The Common Good

Wide Majorities of Most U.K. Faiths Support Assisted Suicide

A new poll finds overwhelming support for assisted suicide for the terminally ill among Anglicans, Catholics, Hindus, Sikhs and Jews in Britain, with Baptists and Muslims the only groups that oppose changes to British law, which currently prohibits assisted suicide.

Holding hands. Photo courtesy RNS/shutterstock.com

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But Britons are debating the topic intensely.

More than seven-in-ten (72 percent) members of the established Church of England and 56 percent of Roman Catholics support assisted suicide for the terminally ill, the survey shows.

The online survey of 4,437 people, released Wednesday, was commissioned by the group Westminster Faith Debates (WFD) to coincide with a Thursday debate on euthanasia in London.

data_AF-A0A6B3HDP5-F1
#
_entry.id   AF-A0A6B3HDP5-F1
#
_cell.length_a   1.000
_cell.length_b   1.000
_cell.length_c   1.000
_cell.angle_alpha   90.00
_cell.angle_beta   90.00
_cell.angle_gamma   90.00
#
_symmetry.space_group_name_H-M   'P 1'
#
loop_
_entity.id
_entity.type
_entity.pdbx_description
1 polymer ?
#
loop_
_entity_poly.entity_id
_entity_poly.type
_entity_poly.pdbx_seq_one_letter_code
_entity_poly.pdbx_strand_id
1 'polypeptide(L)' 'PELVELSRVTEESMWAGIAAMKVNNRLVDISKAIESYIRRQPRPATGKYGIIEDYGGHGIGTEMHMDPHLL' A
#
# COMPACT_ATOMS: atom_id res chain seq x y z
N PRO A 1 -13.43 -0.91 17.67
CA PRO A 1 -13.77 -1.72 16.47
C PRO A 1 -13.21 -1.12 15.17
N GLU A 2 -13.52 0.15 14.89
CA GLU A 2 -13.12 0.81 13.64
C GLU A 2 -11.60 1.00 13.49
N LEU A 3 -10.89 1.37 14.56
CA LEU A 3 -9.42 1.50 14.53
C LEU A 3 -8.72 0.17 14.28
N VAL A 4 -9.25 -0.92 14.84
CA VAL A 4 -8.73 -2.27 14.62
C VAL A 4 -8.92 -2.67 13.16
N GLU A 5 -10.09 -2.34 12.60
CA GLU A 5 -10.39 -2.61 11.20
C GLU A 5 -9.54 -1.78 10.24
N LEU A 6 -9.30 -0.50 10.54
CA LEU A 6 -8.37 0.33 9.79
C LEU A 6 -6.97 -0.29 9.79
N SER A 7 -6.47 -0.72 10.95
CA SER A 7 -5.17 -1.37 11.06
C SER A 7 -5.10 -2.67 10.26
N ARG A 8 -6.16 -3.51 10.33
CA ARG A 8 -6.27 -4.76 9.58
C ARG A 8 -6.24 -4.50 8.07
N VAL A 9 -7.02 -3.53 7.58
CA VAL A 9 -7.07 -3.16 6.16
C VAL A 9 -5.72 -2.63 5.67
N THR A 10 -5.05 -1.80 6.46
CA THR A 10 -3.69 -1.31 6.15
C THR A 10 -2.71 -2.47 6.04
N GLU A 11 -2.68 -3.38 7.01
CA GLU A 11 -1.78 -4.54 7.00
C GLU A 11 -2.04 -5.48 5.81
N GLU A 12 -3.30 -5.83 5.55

The poll asked respondents whether “people with incurable diseases have the right to ask close friends or relatives to help them commit suicide, without those friends or relatives risking prosecution.”

Just 16 percent of the country’s 1.8 million Muslims opposed changes to current  law, with 67 percent of Muslim opponents citing the belief that death should take its natural course. Eighty percent of Baptist opponents said assisted suicide “places too much of a burden on the person or people who help someone to die.”

At 82 percent, the overwhelming reason given by supporters was that individuals should have a right to choose when they die.

Catholics and Anglicans expressed concern about whether an opinion poll involving 4,437 people truly reflects opinion on the controversial issue, though polling experts say much smaller sample sizes can produce valid results.

“It shows how little exposed even practicing religious people are to the teachings of their church,” said Austen Ivereigh of the group Catholic Voices.

An unnamed spokesman for the Church of England told the Guardian: “This study demonstrates that complex discussions on topics such as assisted suicide and euthanasia cannot be effectively conducted through the medium of online surveys.”

Trevor Grundy writes for Religion News Service. Via RNS.

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